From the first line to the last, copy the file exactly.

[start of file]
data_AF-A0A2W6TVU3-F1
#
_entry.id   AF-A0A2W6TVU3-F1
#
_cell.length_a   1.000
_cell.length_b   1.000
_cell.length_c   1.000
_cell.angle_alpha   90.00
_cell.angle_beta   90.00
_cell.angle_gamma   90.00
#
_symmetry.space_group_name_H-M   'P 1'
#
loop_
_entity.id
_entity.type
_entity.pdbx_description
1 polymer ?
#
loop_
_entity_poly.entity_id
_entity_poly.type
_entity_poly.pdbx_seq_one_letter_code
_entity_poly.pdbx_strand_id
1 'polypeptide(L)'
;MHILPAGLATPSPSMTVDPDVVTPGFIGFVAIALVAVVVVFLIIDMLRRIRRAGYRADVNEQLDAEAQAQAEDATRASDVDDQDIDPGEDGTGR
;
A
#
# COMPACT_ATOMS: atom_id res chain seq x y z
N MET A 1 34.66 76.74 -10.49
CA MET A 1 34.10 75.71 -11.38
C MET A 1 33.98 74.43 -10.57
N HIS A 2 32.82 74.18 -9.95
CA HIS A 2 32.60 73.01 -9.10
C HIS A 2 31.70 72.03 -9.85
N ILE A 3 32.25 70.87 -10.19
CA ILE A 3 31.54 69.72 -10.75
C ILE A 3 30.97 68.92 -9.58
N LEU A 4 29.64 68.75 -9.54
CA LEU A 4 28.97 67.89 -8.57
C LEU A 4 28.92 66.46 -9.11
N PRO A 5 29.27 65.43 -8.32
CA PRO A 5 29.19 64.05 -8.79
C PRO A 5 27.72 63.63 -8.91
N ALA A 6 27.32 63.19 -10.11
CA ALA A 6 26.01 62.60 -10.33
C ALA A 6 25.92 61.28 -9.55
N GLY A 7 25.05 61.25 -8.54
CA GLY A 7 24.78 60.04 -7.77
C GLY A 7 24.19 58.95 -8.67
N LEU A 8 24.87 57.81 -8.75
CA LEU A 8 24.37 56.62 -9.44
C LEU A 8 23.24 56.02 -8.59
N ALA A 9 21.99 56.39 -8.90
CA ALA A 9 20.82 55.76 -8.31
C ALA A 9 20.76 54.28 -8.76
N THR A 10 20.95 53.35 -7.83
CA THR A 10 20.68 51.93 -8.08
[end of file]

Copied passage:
data_AF-A0A2W6TVU3-F1
#
_entry.id   AF-A0A2W6TVU3-F1
#
_cell.length_a   1.000
_cell.length_b   1.000
_cell.length_c   1.000
_cell.angle_alpha   90.00
_cell.angle_beta   90.00
_cell.angle_gamma   90.00
#
_symmetry.space_group_name_H-M   'P 1'
#
loop_
_entity.id
_entity.type
_entity.pdbx_description
1 polymer ?
#
loop_
_entity_poly.entity_id
_entity_poly.type
_entity_poly.pdbx_seq_one_letter_code
_entity_poly.pdbx_strand_id
1 'polypeptide(L)'
;MHILPAGLATPSPSMTVDPDVVTPGFIGFVAIALVAVVVVFLIIDMLRRIRRAGYRADVNEQLDAEAQAQAEDATRASDVDDQDIDPGEDGTGR
;
A
#
# COMPACT_ATOMS: atom_id res chain seq x y z
N MET A 1 34.66 76.74 -10.49
CA MET A 1 34.10 75.71 -11.38
C MET A 1 33.98 74.43 -10.57
N HIS A 2 32.82 74.18 -9.95
CA HIS A 2 32.60 73.01 -9.10
C HIS A 2 31.70 72.03 -9.85
N ILE A 3 32.25 70.87 -10.19
CA ILE A 3 31.54 69.72 -10.75
C ILE A 3 30.97 68.92 -9.58
N LEU A 4 29.64 68.75 -9.54
CA LEU A 4 28.97 67.89 -8.57
C LEU A 4 28.92 66.46 -9.11
N PRO A 5 29.27 65.43 -8.32
CA PRO A 5 29.19 64.05 -8.79
C PRO A 5 27.72 63.63 -8.91
N ALA A 6 27.32 63.19 -10.11
CA ALA A 6 26.01 62.60 -10.33
C ALA A 6 25.92 61.28 -9.55
N GLY A 7 25.05 61.25 -8.54
CA GLY A 7 24.78 60.04 -7.77
C GLY A 7 24.19 58.95 -8.67
N LEU A 8 24.87 57.81 -8.75
CA LEU A 8 24.37 56.62 -9.44
C LEU A 8 23.24 56.02 -8.59
N ALA A 9 21.99 56.39 -8.90
CA ALA A 9 20.82 55.76 -8.31
C ALA A 9 20.76 54.28 -8.76
N THR A 10 20.95 53.35 -7.83
CA THR A 10 20.68 51.93 -8.08